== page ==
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Journal of Toxicology
Volume 2012 (2012), Article ID 356126, 6 pages
http://dx.doi.org/10.1155/2012/356126
Research Article

Genetic Variations of Glutathione S-Transferase Influence on Blood Cadmium Concentration

1Department of Social and Environmental Medicine, Faculty of Tropical Medicine, Mahidol University, Bangkok 10400, Thailand
2Health Office, Electricity Generating Authority of Thailand, Nonthaburi 11130, Thailand
3Excellence Service Center For Medical Technology and Quality Improvement, Faculty of Medical Technology, Mahidol University, Bangkok 10700, Thailand
4Office of Research Academic and Innovation, Faculty of Medicine Ramathibodi Hospital, Mahidol University, Bangkok 10400, Thailand
5Department of Medicine, Faculty of Medicine Ramathibodi Hospital, Mahidol University, Bangkok 10400, Thailand
6Division of Clinical Pharmacology and Toxicology, Department of Medicine, Faculty of Medicine Ramathibodi Hospital, Mahidol University, Bangkok 10400, Thailand

Received 13 October 2011; Accepted 16 November 2011

Academic Editor: J. J. Stegeman

Copyright © 2012 Nitchaphat Khansakorn et al. This is an open access article distributed under the Creative Commons Attribution License, which permits unrestricted use, distribution, and reproduction in any medium, provided the original work is properly cited.

Abstract

The glutathione S-transferases (GSTs) are involved in biotransformation and detoxification of cadmium (Cd). Genetic polymorphisms in these genes may lead to interindividual variation in Cd susceptibility. The objective of this study was to assess the association of GSTs (GSTT1, GSTM1, and GSTP1 Val105Ile) polymorphisms with blood Cd concentrations in a nonoccupationally exposed population. The 370 blood samples were analyzed for Cd concentration and polymorphisms in GSTs genes. Geometric mean of blood Cd among this population was 0 . 4 6 ± 0 . 0 2 μg/L (with 95% CI; 0.43–0.49 μg/L). Blood Cd concentrations in subjects carrying GSTP1 Val/Val genotype were significantly higher than those with Ile/Ile and Ile/Val genotypes. No significant differences in blood Cd concentrations among individual with gene deletions of GSTT1 and GSTM1 were observed. GSTP1/GSTT1 and GSTP1/GSTM1 combinations showed significantly associated with increase in blood Cd levels. This study indicated that polymorphisms of GSTP1 combined with GSTT1 and/or GSTM1 deletion are likely to influence on individual susceptibility to cadmium toxicity.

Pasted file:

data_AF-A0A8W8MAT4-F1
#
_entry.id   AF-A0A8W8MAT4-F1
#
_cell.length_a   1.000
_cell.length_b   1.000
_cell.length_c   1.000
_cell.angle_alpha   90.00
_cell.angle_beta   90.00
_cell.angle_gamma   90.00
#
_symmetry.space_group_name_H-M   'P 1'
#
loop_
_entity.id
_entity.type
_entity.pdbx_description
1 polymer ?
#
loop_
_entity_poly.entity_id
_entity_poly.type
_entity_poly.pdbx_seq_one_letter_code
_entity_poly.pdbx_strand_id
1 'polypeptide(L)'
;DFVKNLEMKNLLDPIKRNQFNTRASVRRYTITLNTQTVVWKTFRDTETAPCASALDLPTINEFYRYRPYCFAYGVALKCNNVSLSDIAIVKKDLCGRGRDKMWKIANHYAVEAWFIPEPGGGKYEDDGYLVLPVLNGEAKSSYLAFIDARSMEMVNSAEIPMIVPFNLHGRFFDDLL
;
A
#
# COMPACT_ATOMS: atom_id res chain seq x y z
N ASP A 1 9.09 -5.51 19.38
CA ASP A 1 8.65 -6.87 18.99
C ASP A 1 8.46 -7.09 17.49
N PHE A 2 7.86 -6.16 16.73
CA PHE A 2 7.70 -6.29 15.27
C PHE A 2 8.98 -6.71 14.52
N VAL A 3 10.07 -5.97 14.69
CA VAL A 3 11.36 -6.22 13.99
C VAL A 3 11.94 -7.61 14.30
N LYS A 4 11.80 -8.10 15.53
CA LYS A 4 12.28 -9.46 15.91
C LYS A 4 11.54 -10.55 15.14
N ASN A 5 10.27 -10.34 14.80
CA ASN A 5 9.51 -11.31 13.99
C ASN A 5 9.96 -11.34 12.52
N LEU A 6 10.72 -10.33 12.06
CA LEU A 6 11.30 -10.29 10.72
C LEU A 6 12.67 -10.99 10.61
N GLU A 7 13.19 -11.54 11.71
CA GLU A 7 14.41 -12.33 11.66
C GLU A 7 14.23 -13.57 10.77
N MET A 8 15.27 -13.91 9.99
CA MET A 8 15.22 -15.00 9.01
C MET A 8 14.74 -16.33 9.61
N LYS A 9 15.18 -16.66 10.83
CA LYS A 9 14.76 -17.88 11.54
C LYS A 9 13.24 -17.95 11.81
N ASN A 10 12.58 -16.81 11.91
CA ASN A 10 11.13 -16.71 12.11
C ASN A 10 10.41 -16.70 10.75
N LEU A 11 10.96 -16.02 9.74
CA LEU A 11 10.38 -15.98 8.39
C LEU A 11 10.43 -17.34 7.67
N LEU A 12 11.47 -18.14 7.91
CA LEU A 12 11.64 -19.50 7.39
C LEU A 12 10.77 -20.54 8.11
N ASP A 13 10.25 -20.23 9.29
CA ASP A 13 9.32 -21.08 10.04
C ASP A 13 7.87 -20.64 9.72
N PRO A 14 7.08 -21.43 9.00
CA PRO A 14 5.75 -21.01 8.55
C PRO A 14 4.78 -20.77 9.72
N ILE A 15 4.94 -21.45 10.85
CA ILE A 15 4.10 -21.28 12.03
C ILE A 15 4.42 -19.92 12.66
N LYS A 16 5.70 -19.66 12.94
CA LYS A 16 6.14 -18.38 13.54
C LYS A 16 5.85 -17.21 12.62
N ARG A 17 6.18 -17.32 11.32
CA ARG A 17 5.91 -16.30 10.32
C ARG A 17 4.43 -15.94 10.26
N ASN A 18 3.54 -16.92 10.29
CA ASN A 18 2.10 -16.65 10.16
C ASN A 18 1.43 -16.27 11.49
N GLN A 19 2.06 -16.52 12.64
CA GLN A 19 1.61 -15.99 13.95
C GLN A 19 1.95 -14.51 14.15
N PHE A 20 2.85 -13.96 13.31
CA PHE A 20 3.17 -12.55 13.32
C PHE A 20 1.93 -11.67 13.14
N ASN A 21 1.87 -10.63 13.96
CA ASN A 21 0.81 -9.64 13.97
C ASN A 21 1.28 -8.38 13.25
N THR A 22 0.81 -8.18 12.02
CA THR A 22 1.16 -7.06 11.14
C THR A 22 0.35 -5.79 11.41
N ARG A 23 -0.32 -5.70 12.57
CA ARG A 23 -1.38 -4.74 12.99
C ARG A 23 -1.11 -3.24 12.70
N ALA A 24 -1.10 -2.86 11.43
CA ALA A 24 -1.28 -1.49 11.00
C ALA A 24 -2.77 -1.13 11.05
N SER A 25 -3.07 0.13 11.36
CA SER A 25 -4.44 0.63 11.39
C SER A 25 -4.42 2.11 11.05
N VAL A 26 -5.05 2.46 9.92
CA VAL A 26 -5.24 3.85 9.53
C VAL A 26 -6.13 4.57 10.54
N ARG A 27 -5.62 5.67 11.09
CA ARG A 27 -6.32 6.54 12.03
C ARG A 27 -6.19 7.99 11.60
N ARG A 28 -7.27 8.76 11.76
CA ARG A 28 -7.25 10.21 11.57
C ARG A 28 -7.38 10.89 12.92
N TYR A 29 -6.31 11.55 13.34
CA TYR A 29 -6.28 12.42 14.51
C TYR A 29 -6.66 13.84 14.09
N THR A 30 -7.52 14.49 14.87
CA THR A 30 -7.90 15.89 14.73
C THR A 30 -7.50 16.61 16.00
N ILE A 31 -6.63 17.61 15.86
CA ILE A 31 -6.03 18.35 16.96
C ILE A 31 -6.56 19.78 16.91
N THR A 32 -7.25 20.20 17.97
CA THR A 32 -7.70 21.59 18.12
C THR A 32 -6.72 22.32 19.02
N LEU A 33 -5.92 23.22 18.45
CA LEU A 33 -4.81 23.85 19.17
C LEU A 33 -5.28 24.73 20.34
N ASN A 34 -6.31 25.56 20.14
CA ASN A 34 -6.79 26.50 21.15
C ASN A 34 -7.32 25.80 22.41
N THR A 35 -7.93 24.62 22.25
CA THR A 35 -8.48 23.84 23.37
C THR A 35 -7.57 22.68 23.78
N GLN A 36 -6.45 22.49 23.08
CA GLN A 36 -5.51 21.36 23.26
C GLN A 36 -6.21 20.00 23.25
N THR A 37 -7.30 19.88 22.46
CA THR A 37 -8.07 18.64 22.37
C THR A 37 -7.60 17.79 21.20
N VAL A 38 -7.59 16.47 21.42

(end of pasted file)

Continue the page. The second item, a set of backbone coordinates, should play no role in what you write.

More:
1. Introduction

Cadmium (Cd) is widely dispersed in the environment and causes various diseases, both in occupationally exposed individuals and in the general population. The general population may be exposed to cadmium through ingestion of food and drinking water, inhalation of particulates from ambient air or tobacco smoke, or ingestion of contaminated soil or dust. The major long-term toxic effects of low-level cadmium exposure are renal injury, obstructive pulmonary disease, osteoporosis, and cardiovascular disease [1]. Cadmium is also a potent human carcinogen and has been associated with cancers of the lung, prostate, pancreas, and kidney [2].